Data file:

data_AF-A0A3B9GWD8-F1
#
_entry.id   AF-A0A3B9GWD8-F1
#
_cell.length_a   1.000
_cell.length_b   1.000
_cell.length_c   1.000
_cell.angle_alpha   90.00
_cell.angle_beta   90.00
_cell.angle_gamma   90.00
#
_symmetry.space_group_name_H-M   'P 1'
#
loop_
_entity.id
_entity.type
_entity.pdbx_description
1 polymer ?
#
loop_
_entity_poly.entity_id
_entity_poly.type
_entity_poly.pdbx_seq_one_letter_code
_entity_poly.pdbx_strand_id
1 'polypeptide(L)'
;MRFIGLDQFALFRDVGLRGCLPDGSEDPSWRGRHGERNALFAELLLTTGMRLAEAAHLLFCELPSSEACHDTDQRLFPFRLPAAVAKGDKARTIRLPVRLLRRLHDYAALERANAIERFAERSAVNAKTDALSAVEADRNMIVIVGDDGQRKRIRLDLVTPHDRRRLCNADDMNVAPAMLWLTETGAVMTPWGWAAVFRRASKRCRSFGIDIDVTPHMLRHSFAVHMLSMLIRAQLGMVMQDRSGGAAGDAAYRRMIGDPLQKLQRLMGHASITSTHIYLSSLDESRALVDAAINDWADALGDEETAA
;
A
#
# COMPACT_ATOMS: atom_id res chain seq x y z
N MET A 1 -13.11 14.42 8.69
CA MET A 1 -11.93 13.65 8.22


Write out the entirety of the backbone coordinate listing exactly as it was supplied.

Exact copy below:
data_AF-A0A3B9GWD8-F1
#
_entry.id   AF-A0A3B9GWD8-F1
#
_cell.length_a   1.000
_cell.length_b   1.000
_cell.length_c   1.000
_cell.angle_alpha   90.00
_cell.angle_beta   90.00
_cell.angle_gamma   90.00
#
_symmetry.space_group_name_H-M   'P 1'
#
loop_
_entity.id
_entity.type
_entity.pdbx_description
1 polymer ?
#
loop_
_entity_poly.entity_id
_entity_poly.type
_entity_poly.pdbx_seq_one_letter_code
_entity_poly.pdbx_strand_id
1 'polypeptide(L)'
;MRFIGLDQFALFRDVGLRGCLPDGSEDPSWRGRHGERNALFAELLLTTGMRLAEAAHLLFCELPSSEACHDTDQRLFPFRLPAAVAKGDKARTIRLPVRLLRRLHDYAALERANAIERFAERSAVNAKTDALSAVEADRNMIVIVGDDGQRKRIRLDLVTPHDRRRLCNADDMNVAPAMLWLTETGAVMTPWGWAAVFRRASKRCRSFGIDIDVTPHMLRHSFAVHMLSMLIRAQLGMVMQDRSGGAAGDAAYRRMIGDPLQKLQRLMGHASITSTHIYLSSLDESRALVDAAINDWADALGDEETAA
;
A
#
# COMPACT_ATOMS: atom_id res chain seq x y z
N MET A 1 -13.11 14.42 8.69
CA MET A 1 -11.93 13.65 8.22